In addition, the blue box juts out from the wall and will create a bump under the wallpaper , plus prevent the paper from adhering tightly to the wall . The jaggedly cut drywall will leave impressions under the paper, too.
Here the plastic electrical box is recessed better into the wall. But there are still gaps on the left and right sides of the bracket.
To get the wallpaper around the brackets without gaps showing , I removed the brackets, and then brought the wallpaper in to cover the electrical junction boxes by about 1.” (no photo)
If the electrician needs more space for his wires , he can always trim the wallpaper back a little.
In the instance of the box in the top photo, there will still be wallpaper that can’t sit tight to the drywall , but once the sconce is replaced you really won’t notice.
I also had the option of leaving the mounting brackets in place and then placing the wallpaper over the metal plates. But first of all, I think this is against building Codes. And second, if the sconces are changed out later, or if someone needs to access the electrical connections, removing the mounting plates would most surely tear the wallpaper in the process.
So, best to have the wallpaper behind the plates, rather than pasted on top of them.

Thin Blue Plastic Tape Keeps Paste Off The Wall

August 7, 2022
Panel of wallpaper lying on my pasting table. The left edge will go up against a painted wall that is not to be wallpapered. It’s important to keep paste off this wall, because the paste can cause the paint to crackle and flake off. Yes, you can wipe paste off the wall, especially if it’s a gloss paint. But better to not get paste on the wall in the first place.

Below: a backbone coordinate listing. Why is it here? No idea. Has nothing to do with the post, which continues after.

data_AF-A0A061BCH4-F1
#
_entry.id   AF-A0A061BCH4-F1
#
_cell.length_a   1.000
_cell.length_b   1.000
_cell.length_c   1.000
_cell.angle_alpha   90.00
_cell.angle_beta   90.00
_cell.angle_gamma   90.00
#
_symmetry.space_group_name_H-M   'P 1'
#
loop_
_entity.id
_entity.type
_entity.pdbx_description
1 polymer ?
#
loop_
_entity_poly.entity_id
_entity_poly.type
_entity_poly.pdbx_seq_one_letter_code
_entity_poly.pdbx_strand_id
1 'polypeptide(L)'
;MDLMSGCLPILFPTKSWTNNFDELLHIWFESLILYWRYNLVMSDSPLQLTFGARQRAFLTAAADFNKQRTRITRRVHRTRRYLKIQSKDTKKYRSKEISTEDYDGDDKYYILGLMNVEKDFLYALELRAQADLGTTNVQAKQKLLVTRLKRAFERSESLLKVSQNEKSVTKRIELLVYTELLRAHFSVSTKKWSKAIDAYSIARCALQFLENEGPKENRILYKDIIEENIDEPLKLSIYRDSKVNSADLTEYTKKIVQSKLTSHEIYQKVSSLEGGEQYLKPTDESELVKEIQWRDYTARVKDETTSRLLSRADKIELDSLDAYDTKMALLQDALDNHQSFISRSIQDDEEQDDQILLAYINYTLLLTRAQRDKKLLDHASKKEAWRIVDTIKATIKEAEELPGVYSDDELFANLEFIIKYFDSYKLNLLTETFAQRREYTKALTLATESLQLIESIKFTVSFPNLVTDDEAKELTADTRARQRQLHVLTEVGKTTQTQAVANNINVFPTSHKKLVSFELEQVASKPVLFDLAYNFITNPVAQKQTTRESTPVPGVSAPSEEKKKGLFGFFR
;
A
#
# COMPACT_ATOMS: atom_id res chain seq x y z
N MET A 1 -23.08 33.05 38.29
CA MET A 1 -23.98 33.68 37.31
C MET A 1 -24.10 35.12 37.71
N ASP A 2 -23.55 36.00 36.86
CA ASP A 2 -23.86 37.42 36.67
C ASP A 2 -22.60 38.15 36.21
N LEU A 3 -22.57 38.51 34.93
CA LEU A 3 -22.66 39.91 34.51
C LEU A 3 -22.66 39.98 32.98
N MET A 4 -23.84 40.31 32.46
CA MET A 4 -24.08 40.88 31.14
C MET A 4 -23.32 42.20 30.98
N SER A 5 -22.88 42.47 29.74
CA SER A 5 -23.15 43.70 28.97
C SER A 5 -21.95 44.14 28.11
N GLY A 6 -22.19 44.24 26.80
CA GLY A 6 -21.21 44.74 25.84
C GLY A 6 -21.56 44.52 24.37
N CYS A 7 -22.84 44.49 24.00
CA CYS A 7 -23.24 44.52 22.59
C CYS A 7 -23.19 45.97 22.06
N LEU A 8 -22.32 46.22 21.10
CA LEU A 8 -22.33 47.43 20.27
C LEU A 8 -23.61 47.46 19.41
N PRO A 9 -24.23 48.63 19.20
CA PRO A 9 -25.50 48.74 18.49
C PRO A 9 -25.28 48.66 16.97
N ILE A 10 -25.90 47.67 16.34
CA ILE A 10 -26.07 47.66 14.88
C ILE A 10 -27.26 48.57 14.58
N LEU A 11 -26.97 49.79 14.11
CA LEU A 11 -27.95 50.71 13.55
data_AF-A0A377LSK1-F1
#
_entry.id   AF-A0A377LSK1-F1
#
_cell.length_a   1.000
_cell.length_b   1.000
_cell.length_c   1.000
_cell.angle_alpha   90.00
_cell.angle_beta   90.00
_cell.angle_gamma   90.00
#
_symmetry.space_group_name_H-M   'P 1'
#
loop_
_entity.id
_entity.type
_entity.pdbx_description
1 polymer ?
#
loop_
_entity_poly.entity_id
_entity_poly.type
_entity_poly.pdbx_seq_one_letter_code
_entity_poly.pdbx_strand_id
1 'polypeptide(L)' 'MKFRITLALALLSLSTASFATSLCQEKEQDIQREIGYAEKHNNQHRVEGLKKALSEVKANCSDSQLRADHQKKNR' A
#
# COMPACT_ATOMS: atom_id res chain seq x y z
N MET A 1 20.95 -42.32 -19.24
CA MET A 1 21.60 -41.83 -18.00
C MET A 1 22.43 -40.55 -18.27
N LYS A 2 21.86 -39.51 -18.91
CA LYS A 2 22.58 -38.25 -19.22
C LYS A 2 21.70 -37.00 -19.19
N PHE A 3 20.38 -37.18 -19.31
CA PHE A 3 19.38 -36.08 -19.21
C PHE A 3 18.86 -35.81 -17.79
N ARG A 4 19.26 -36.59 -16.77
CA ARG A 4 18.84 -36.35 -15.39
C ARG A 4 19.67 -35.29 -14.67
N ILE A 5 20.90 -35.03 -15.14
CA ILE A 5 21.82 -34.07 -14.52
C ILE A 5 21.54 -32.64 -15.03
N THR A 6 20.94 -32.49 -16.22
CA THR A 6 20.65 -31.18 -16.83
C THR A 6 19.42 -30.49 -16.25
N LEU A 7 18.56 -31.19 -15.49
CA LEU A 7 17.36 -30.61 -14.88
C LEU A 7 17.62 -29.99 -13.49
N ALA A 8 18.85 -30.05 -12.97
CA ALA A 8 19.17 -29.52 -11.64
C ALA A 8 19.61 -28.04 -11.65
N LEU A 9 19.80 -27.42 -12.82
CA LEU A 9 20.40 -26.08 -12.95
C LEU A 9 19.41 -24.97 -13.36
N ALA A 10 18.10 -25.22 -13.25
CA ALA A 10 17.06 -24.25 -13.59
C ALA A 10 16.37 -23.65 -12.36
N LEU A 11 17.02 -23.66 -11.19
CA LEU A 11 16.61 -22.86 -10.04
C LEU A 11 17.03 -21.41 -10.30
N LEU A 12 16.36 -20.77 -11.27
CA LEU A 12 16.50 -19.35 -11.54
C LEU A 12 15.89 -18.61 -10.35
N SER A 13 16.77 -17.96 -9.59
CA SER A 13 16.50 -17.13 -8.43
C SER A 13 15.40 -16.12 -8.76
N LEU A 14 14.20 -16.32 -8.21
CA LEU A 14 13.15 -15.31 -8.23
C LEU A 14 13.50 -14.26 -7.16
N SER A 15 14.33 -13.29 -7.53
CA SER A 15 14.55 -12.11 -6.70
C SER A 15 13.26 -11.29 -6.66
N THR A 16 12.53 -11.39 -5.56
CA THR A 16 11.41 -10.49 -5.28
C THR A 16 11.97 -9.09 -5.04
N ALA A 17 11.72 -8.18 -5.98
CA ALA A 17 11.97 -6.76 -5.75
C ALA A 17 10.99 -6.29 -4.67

So I’ve placed a strip of this cool blue plastic tape along the edge. It sticks to the pasted wallpaper, but will not let paste get onto the wall.
Here is the wallpaper in place, with the little 1″ overage wrapping onto the wall to the left. See how the blue tape is preventing paste from getting onto the wall?
Once I finish trimming, I will remove both the excess paper and the blue tape. Be sure to remove any blue tape that is still behind the wallpaper.
This also works for ceilings and for abutting another strip of wallpaper.
This tape is much better than painter’s plastic or ” caution tape ” because it is lightly tinted so you can see it, it’s translucent so you can see through it, it has the perfect body – thicker than painter’s plastic but more flexible than caution tape, and has a unique textured surface that makes it handle nicely, plus you can easily snap it apart so there is no need for scissors or razor blades.